The Letters of Horace Walpole, Earl of Orford — Volume 3 eBook

This eBook from the Gutenberg Project consists of approximately 1,055 pages of information about The Letters of Horace Walpole, Earl of Orford — Volume 3.

The weather is so very March, that I cannot enjoy my new holidays at Strawberry yet; I sit reading and writing close to the fire.

Sterne has published two little volumes, called Sentimental Travels.  They are very pleasing, though too much dilated, and infinitely preferable to his tiresome Tristram Shandy, of which I never could get through three volumes.  In these there is a great good-nature and strokes of delicacy.  Gray has added to his poems three ancient Odes from Norway and Wales.  The subjects of the two first are grand and picturesque, and there is his genuine vein in them; but they are not interesting, and do not, like his other poems, touch any passion.  Our human feelings, which he masters at will in his former pieces, are here not affected.(1020) Who can care through what horrors a Runic savage arrived at all the joys and glories they could conceive, the supreme felicity of boozing ale out of the skull of an enemy in Odin’s hall?  Oh! yes, just now perhaps these odes would be toasted at many a contested election.  Adieu!  Yours ever.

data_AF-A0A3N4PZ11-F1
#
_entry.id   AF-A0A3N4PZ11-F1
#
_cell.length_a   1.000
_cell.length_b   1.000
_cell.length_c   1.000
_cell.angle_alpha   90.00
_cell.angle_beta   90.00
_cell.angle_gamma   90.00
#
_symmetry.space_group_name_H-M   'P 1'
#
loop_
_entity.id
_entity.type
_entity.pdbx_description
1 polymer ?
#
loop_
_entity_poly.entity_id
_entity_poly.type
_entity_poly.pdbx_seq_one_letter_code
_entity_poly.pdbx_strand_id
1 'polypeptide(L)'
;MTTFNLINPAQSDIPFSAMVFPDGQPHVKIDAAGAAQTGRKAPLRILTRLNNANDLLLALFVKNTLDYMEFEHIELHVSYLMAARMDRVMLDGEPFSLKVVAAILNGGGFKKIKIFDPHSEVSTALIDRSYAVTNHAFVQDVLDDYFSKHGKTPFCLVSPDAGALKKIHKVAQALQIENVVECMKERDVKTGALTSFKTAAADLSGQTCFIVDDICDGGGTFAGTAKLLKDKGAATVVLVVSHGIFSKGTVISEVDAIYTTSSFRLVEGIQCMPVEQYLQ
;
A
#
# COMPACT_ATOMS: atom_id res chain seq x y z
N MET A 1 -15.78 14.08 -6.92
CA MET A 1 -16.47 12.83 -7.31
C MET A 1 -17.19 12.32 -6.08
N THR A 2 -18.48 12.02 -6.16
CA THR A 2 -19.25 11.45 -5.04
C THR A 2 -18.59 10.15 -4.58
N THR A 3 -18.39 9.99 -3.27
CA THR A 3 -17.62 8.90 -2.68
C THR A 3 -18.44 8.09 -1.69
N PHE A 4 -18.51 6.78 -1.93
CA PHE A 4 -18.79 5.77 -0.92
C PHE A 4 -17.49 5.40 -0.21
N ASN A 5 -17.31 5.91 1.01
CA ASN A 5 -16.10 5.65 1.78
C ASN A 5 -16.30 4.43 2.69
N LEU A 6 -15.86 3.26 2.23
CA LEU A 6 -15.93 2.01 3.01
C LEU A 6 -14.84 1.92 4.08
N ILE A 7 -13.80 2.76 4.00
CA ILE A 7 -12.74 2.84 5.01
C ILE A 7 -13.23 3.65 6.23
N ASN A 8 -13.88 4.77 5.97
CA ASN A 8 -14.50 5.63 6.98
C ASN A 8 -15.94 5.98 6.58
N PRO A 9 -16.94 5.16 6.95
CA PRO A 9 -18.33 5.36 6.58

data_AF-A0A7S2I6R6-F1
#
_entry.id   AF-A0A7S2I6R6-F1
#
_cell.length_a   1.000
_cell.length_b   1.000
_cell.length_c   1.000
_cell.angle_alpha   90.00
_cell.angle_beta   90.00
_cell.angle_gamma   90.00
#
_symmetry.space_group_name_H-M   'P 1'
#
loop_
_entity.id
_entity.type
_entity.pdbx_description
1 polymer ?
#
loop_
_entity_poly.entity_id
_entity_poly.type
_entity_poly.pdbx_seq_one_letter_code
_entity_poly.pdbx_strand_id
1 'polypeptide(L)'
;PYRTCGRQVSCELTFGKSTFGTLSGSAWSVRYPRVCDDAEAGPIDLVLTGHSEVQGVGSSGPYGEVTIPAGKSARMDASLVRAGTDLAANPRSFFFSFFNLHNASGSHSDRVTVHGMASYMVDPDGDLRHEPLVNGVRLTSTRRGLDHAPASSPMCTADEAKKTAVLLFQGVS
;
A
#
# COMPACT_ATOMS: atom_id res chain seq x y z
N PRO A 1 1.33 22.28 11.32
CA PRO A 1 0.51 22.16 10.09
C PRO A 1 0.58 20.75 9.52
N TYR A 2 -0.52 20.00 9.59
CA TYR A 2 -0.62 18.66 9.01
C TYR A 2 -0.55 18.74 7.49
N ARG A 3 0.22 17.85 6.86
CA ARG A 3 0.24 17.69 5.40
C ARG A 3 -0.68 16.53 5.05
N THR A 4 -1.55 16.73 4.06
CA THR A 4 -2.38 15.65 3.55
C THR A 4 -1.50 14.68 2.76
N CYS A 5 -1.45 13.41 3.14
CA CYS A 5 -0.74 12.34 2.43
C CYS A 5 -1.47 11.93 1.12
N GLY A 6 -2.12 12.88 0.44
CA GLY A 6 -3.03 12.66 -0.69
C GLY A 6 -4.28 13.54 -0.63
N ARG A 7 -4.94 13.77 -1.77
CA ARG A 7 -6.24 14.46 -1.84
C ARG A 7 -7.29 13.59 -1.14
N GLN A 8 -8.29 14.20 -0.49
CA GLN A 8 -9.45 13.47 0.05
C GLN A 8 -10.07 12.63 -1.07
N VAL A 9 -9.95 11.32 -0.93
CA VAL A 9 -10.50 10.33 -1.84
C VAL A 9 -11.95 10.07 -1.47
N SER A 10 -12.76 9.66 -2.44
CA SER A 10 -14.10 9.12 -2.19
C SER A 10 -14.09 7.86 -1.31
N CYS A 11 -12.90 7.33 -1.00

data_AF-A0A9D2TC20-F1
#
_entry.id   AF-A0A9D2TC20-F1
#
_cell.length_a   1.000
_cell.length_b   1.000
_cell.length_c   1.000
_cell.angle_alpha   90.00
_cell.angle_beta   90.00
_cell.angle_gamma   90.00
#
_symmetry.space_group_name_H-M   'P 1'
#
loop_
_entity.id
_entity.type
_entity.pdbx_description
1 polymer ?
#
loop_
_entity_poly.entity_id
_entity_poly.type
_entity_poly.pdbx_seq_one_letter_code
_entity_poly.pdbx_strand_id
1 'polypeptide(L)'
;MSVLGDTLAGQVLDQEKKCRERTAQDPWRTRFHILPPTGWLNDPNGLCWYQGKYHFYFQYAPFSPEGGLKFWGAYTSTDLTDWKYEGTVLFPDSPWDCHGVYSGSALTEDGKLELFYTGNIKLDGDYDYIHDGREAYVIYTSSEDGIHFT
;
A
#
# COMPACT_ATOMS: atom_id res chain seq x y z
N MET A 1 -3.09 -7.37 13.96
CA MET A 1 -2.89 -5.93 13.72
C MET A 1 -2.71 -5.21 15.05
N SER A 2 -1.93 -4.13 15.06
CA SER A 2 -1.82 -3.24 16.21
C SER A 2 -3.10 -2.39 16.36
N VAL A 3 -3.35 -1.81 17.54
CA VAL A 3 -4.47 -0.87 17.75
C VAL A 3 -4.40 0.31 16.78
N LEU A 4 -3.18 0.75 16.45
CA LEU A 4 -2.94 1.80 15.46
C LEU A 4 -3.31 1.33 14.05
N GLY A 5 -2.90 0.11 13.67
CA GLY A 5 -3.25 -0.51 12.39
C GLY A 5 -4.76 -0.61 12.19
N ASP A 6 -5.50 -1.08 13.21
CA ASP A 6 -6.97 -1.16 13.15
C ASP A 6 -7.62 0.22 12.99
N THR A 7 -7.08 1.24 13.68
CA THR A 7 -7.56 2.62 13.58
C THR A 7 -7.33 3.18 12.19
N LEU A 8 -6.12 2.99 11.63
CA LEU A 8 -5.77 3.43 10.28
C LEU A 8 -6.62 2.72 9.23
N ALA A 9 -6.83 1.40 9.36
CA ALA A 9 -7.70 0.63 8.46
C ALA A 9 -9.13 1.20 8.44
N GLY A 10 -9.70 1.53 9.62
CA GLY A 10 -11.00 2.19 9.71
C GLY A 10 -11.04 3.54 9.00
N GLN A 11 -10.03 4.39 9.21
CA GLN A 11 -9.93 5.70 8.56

(1017) Walpole had retired from Parliament at the general election in the beginning of this year.-E.

(1018) “The shrill cicalas, people of the pine,
Making their summer lives one ceaseless song,
Were the sole echoes, save my steed’s and mine,
And vesper-bells that rose the boughs along.” 
Don Juan, c. iii. st. 106.-E.

(1019) Walpole’s work is thus characterized by Sir Walter Scott:- -"The Historical Doubts are an acute and curious example how minute antiquarian research may shake our faith in the facts most pointedly averred by general history.  It is remarkable also to observe how, in defending a system, which was probably at first adopted as a mere literary exercise, Mr. Walpole’s doubts acquired, in his own eyes, the respectability of certainties, in which he could not brook controversy.”  Prose Works; vol. iii. p. 304.-E.

(1020) “They strike, rather than please; the images are magnified by affectation; the language is laboured into harshness.  The mind of the writer seems to work with unnatural violence.  Double, double, toil and trouble!  There is too little appearance of ease and nature.”  Johnson.-E.

Letter 340 To George Montagu, Esq.  Strawberry Hill, April 15, 1768. (page 516)

Mr. Chute tells me that you have taken a new house in Squireland, and have given yourself up for two years more to port and parsons.  I am very angry, and resign you to the works of the devil or the church, I don’t care which.  You will get the gout, turn Methodist, and expect to ride to heaven upon your own great foe.  I was happy with your telling me how well you love me, and though I don’t love loving, I could have poured out all the fullness of my heart to such an old and true friend; but what am I the better for it, if I am to see you but two or three days in the year?  I thought you would

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The Letters of Horace Walpole, Earl of Orford — Volume 3 from Project Gutenberg. Public domain.
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